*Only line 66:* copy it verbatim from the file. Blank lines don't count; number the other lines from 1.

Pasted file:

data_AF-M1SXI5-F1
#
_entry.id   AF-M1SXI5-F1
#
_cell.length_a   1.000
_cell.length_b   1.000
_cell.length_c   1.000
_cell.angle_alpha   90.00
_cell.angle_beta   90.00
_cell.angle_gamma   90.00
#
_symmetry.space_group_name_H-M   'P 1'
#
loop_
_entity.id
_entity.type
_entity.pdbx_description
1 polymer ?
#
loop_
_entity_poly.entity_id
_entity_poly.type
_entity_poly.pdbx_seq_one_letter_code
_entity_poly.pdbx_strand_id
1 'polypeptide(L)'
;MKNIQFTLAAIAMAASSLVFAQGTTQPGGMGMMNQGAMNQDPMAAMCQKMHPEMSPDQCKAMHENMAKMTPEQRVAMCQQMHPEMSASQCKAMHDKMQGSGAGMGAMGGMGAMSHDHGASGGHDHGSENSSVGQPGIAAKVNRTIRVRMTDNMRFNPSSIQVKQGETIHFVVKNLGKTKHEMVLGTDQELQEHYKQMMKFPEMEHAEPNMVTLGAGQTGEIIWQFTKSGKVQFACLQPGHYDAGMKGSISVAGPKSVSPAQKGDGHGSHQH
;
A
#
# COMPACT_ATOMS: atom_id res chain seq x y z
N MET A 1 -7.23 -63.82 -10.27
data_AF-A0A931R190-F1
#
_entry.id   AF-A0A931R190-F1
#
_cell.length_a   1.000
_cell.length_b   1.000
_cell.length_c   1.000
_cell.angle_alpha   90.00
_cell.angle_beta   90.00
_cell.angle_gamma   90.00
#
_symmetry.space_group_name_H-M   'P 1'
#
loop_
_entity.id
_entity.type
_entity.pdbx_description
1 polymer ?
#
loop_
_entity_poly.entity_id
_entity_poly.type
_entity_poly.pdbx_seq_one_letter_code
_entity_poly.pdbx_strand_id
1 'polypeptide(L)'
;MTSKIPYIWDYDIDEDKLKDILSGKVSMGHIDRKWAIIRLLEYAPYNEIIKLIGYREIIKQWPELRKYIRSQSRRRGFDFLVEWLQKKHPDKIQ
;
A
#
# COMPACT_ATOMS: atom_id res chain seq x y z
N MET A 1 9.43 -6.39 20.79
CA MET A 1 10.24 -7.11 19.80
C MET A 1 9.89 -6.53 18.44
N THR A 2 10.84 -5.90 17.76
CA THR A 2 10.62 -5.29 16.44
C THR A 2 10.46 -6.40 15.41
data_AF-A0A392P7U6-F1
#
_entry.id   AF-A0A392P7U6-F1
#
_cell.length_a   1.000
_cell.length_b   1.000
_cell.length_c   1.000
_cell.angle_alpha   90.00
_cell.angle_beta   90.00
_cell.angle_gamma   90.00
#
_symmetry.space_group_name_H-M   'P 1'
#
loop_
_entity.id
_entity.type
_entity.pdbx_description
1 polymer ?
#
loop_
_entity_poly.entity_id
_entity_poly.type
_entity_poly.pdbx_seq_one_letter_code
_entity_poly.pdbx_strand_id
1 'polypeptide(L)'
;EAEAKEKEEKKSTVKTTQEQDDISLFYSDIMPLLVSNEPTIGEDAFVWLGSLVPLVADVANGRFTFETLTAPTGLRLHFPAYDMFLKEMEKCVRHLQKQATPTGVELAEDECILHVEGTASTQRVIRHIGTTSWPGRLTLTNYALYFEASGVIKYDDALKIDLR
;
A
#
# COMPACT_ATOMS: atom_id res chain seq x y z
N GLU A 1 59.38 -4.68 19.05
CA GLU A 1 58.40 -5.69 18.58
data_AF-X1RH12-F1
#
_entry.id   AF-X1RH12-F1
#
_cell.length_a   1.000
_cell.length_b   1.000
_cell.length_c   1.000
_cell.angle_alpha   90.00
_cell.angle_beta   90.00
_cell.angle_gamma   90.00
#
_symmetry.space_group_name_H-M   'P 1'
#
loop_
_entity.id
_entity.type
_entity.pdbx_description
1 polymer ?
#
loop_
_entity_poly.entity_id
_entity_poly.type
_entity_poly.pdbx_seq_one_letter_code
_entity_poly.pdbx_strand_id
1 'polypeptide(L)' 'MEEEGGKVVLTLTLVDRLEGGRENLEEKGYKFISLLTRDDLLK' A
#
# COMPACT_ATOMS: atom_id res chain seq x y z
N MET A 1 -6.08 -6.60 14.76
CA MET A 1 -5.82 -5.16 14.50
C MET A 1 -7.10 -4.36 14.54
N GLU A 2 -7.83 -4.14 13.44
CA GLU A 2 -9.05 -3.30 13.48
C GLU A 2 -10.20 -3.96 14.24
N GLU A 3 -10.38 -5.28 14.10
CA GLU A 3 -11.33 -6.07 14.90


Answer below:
CA THR A 2 10.62 -5.29 16.44